Throughout the night I managed to get a couple of millilitres of colostrum into my baby via syringe but she still hadn’t mastered latching. From everywhere I’d read and heard, new babies fed roughly every 2 hours so why hadn’t my baby even cried for milk? Again, I was reassured that it had been a long labour and a stressful delivery and her head may be hurting and she’s tired and may not have fancied feeding. Also, their little tummies can get full of mucous so they feel full despite not having had milk. About sixteen hours after she was born, a breastfeeding counsellor came to see me in my hospital bed to offer support. I was in a lot of pain from an episiotomy despite regular pain relief so couldn’t sit upright. She suggested lying on my side and getting baby to latch that way. She stayed about ten minutes, baby hadn’t latched and she said ‘don’t worry, she’ll pick it up at some point' and off she went. This was fine except, when? How long would it take? For now, I was resigned to hand expressing and giving my baby small amounts of milk via a syringe.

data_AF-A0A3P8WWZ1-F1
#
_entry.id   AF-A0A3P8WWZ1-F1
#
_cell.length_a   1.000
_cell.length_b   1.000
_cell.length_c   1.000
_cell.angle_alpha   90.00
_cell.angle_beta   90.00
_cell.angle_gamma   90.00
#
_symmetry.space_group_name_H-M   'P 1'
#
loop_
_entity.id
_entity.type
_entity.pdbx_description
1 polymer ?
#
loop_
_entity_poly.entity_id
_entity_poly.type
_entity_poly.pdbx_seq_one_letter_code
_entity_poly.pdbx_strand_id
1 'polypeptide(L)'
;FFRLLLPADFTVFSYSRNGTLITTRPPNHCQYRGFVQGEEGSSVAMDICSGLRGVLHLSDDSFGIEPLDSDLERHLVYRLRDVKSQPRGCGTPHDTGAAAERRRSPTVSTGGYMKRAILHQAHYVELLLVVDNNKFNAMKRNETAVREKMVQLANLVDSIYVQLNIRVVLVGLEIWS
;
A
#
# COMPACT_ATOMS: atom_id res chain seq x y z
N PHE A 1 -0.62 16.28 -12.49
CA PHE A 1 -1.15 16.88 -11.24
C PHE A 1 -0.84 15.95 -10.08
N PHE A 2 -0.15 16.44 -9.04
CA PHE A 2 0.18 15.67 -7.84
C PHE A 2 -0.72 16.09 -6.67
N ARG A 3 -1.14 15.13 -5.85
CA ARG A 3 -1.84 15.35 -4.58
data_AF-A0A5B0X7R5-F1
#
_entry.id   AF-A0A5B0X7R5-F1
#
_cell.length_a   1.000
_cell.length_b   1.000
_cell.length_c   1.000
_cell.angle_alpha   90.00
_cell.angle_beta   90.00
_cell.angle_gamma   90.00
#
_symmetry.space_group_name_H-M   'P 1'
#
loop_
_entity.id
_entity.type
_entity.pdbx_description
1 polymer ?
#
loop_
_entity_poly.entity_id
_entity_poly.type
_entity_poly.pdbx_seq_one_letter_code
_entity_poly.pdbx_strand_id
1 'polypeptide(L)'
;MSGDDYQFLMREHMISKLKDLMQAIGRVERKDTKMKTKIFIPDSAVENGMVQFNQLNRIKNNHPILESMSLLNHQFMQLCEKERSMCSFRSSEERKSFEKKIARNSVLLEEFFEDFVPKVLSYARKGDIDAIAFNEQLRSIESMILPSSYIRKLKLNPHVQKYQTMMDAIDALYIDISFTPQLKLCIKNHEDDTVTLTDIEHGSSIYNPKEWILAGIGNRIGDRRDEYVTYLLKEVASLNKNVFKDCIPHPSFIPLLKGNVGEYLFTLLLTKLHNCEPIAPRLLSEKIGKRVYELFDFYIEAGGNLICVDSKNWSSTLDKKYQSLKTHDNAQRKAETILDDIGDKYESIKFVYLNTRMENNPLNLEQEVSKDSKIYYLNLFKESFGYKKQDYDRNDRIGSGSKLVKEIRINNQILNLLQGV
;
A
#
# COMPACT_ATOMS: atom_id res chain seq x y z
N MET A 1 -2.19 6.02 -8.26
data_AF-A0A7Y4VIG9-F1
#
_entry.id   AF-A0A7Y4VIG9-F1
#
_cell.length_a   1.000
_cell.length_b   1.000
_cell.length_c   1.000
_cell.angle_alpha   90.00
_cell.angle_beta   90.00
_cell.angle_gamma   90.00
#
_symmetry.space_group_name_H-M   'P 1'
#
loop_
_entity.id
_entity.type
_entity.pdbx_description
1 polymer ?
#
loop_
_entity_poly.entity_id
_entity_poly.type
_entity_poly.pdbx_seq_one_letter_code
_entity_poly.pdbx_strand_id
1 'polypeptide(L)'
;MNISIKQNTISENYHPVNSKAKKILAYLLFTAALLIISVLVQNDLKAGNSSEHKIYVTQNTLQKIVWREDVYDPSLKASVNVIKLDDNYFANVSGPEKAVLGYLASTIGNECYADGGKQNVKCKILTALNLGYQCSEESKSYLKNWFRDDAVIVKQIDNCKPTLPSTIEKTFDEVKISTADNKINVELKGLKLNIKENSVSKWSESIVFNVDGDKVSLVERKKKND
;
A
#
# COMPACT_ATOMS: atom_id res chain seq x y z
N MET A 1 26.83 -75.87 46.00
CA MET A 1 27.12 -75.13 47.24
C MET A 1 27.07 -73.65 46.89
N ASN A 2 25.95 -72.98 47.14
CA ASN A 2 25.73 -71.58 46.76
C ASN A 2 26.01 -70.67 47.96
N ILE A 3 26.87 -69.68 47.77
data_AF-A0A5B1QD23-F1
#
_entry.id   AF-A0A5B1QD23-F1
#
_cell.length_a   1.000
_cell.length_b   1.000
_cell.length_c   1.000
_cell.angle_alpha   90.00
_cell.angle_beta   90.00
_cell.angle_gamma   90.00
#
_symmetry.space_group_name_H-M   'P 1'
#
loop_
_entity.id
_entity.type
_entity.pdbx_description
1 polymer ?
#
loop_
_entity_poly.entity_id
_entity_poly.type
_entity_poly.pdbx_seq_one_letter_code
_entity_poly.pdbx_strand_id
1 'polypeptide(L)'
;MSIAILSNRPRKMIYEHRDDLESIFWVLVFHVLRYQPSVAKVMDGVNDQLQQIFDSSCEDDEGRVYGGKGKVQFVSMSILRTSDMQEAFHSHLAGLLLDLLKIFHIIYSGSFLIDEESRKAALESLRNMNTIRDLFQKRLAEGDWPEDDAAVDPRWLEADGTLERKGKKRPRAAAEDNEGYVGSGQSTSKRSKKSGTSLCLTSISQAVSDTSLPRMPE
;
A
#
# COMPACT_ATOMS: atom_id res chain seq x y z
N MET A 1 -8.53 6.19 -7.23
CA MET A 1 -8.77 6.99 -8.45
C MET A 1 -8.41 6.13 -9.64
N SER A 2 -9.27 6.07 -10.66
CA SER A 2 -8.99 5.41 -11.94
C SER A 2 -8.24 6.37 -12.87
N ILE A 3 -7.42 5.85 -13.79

Twenty four hours after the birth, a midwife came round and asked if I’d like to go home. To be honest, I wish I’d have said no. I wanted to say that I was worried that my baby hadn’t fed and no one could tell me why. I wanted my baby to have at least latched once before leaving the safety of the hospital. But I was also desperate to get home after such a long labour and no sleep for almost a week. Because I was able to hand express enough to give her, we made the decision to go home. So off we went and arrived home with our precious new baby...who wasn’t at all interested in feeding. She didn’t really give any clues that she wanted feeding and never really cried so I just guessed that we should try every few hours. We went to bed that first night home and it was the best night’s sleep I’d had in a couple of months! Not what we were expecting on the first night with a newborn baby! She only woke once that first night for a feed, where I hand expressed a few millilitres to give her. In hindsight, I probably should have set an alarm but I honestly thought she’d wake as we were always told that babies wake frequently.